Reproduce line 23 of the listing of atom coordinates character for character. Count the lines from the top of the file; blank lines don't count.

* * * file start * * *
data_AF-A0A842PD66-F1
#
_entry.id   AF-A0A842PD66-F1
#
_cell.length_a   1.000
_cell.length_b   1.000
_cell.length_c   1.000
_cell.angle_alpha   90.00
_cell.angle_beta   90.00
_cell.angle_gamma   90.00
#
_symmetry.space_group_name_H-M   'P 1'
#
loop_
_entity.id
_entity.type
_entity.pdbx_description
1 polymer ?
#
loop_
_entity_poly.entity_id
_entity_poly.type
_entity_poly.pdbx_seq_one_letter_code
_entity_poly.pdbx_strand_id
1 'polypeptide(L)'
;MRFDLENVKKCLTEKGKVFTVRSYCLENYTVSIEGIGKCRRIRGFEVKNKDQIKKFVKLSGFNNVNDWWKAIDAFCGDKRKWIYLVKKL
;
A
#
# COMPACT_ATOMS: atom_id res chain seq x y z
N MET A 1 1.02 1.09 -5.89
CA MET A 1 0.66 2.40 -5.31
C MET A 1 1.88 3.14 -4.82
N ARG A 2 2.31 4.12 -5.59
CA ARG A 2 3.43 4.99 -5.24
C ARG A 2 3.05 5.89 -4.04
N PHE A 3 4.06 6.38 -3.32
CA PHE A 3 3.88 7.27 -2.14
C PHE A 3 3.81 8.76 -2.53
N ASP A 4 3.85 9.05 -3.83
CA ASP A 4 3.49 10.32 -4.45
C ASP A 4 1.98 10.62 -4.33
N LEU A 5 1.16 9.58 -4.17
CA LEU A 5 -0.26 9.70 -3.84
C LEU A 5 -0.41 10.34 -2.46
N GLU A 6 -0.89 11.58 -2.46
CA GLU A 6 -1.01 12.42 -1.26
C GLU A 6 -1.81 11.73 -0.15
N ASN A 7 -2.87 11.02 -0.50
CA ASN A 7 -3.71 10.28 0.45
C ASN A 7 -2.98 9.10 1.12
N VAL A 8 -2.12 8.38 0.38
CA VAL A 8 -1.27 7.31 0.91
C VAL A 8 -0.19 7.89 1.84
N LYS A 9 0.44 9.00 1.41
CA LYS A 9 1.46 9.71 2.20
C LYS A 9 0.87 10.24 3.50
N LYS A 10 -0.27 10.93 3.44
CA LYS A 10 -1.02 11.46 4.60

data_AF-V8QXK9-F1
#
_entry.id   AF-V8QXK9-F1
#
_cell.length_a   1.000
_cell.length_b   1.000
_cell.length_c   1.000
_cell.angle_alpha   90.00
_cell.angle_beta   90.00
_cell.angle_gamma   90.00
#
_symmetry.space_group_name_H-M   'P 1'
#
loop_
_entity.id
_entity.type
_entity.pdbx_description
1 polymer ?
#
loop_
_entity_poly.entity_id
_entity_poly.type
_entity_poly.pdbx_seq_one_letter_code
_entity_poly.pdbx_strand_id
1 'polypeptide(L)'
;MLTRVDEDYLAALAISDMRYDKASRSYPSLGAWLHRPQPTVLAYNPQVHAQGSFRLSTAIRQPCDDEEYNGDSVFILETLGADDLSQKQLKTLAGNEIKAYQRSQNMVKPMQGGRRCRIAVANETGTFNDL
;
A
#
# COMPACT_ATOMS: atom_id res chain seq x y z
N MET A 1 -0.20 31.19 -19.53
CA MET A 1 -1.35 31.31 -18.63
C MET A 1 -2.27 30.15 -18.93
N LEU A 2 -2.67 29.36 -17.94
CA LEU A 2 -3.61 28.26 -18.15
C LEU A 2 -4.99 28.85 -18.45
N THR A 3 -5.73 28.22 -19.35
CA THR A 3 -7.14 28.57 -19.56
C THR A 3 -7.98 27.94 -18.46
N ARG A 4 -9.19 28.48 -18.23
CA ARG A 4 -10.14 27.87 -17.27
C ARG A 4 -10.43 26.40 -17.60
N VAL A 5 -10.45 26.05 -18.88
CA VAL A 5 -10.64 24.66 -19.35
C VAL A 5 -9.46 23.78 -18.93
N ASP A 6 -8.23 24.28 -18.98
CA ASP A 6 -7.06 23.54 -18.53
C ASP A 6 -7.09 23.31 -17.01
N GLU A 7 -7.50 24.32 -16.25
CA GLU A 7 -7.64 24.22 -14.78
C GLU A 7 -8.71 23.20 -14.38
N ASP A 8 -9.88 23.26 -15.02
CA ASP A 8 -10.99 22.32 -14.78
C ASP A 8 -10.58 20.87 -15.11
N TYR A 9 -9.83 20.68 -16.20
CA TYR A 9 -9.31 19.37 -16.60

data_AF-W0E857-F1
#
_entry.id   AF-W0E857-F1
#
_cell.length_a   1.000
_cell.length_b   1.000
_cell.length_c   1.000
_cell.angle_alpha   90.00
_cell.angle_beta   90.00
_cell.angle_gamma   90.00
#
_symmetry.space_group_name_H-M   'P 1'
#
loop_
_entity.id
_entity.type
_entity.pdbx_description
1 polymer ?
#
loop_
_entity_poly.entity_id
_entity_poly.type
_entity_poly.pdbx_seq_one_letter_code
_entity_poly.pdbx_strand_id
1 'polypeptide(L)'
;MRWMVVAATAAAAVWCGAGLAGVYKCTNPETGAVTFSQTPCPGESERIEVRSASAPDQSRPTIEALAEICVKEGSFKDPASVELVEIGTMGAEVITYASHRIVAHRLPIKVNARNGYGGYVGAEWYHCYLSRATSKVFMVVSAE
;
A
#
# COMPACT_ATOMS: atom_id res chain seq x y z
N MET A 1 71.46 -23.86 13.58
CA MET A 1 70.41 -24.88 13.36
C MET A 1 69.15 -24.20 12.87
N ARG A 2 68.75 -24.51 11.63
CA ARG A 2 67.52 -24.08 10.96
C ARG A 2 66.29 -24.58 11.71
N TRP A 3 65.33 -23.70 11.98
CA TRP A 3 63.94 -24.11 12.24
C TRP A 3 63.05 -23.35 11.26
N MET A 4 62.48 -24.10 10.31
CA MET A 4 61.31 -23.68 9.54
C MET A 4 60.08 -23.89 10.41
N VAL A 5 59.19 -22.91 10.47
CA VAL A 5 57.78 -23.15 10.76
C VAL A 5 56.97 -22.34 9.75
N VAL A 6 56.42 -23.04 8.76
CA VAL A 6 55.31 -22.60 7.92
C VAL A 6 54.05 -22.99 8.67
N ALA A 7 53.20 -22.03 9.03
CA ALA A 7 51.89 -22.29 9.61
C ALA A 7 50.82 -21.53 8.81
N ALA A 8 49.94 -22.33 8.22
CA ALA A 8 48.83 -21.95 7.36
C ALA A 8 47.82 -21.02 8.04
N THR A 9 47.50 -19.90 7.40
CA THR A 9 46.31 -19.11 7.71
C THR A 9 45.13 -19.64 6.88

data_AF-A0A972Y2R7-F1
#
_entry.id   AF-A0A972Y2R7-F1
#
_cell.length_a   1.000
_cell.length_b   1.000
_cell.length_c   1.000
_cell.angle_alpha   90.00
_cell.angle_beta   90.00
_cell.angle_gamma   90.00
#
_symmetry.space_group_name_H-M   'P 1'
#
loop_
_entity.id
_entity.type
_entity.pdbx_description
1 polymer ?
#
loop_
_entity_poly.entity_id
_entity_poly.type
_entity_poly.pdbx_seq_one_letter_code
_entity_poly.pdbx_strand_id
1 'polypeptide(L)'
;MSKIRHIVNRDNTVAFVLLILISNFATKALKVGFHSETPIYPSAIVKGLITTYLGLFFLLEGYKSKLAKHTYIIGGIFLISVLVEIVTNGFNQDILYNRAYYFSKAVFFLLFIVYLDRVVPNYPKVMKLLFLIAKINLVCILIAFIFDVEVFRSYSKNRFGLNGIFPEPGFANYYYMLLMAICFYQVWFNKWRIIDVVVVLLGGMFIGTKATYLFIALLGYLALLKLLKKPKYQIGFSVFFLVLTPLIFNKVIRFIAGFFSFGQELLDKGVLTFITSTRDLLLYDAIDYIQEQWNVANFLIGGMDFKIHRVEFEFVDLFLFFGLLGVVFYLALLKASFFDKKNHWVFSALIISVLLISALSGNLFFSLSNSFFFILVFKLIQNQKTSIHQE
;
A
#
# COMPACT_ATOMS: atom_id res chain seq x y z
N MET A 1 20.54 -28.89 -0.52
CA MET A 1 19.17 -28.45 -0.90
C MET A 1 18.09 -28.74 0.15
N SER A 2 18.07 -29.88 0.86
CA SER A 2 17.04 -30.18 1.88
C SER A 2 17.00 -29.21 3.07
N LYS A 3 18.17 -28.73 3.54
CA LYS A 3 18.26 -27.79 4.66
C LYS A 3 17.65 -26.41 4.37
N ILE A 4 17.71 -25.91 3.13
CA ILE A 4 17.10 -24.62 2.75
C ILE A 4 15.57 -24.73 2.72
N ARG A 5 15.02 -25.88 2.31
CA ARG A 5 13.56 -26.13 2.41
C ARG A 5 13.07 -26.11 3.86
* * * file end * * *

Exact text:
_entity_poly.pdbx_seq_one_letter_code